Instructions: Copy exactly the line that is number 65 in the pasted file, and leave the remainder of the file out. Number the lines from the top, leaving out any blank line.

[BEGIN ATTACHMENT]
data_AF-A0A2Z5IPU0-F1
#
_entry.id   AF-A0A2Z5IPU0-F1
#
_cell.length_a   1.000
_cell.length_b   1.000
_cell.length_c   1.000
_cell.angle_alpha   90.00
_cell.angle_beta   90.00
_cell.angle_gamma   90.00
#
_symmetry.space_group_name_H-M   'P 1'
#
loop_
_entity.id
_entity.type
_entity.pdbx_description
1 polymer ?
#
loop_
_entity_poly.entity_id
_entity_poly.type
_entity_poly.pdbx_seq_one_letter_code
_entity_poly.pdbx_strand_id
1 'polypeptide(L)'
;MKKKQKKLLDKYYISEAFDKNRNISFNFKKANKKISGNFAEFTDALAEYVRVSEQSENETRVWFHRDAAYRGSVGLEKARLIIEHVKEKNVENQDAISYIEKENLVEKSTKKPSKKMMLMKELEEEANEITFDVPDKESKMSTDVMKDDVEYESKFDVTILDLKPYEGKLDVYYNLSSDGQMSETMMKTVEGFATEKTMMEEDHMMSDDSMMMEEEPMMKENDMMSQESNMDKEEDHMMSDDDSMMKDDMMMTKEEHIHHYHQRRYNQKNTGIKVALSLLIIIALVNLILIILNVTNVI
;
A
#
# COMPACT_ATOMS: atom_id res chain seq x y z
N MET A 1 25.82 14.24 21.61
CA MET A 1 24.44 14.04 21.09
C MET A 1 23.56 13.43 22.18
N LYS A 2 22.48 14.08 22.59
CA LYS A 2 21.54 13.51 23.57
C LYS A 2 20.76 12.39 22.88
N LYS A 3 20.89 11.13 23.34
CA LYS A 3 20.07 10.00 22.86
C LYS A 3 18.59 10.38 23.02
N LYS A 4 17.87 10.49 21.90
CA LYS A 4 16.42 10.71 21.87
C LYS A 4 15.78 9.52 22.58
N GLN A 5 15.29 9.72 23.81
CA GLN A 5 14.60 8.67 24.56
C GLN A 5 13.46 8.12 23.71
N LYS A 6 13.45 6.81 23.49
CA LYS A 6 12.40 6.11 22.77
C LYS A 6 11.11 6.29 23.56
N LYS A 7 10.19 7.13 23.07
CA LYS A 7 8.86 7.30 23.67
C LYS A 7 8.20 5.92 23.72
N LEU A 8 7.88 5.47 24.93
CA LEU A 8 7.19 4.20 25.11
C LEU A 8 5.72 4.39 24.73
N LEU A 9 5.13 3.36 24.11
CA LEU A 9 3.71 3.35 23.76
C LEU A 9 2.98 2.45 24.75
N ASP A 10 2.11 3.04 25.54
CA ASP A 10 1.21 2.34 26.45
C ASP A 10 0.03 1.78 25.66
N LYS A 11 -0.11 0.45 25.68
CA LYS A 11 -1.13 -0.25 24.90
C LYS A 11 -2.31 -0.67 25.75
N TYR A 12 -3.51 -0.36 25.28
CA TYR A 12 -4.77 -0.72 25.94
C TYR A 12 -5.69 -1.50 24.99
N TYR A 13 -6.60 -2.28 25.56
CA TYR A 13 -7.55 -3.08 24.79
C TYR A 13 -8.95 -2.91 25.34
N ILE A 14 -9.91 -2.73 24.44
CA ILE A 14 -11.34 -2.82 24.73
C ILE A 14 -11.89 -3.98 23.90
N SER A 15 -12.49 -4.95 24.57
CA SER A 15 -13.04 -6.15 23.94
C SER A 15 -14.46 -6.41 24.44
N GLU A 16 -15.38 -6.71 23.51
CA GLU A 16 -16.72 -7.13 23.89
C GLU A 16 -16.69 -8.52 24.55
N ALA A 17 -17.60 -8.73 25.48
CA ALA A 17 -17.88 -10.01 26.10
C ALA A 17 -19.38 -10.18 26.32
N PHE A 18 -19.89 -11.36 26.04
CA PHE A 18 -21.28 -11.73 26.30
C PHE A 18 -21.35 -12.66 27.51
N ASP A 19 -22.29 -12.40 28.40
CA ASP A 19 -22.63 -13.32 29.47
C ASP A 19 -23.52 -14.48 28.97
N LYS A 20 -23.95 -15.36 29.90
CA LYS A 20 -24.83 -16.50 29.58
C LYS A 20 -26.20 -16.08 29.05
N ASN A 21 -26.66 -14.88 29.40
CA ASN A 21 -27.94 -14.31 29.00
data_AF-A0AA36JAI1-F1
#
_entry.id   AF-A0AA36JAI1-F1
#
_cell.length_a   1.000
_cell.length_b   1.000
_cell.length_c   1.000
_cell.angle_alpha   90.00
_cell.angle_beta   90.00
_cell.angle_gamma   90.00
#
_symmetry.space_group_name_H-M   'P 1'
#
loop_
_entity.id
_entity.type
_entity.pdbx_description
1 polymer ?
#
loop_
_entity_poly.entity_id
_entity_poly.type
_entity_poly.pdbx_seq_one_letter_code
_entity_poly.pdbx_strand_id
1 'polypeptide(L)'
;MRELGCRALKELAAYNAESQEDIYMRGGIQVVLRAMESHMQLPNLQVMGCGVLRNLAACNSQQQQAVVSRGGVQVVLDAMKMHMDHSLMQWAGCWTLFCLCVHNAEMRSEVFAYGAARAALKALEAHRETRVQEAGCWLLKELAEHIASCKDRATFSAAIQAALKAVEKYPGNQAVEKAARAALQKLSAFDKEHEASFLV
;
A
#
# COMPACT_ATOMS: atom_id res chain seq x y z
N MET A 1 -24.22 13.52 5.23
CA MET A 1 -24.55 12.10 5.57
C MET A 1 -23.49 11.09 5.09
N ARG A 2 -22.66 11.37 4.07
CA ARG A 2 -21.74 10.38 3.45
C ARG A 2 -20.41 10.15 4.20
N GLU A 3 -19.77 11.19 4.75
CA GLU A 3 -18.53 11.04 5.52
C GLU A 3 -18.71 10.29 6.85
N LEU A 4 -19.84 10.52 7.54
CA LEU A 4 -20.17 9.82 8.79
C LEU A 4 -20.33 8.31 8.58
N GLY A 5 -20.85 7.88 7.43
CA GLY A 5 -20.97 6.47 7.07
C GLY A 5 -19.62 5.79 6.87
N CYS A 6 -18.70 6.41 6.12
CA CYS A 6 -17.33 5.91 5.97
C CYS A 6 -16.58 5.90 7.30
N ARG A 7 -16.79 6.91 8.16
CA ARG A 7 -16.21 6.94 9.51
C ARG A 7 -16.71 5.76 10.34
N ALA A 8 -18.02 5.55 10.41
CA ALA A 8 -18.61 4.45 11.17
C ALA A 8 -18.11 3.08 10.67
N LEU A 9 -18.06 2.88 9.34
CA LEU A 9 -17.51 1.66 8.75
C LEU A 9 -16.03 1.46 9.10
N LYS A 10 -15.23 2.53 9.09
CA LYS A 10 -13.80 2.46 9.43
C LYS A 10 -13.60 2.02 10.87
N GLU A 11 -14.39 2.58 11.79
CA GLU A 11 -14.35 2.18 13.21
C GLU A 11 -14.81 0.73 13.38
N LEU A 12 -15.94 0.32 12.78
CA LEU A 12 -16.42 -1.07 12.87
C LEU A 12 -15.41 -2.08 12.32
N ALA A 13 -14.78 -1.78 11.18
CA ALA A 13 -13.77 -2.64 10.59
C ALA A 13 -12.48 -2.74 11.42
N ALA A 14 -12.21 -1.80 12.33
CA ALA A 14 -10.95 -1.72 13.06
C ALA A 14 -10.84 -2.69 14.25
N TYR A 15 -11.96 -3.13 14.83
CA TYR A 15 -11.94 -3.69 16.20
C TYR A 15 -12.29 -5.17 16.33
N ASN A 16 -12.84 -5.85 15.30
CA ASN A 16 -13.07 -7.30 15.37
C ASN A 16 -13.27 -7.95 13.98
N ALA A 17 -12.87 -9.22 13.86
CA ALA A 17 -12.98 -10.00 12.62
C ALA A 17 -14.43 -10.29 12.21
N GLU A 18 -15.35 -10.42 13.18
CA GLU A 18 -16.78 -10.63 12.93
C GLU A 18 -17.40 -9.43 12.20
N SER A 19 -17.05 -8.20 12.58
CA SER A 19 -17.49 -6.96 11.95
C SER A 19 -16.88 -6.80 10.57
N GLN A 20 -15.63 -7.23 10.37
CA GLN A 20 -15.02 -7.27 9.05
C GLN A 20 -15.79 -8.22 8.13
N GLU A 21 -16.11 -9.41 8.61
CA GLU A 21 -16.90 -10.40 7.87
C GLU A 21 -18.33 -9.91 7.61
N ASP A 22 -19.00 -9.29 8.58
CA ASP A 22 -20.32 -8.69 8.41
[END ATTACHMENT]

CA TYR A 12 -4.77 -0.72 25.94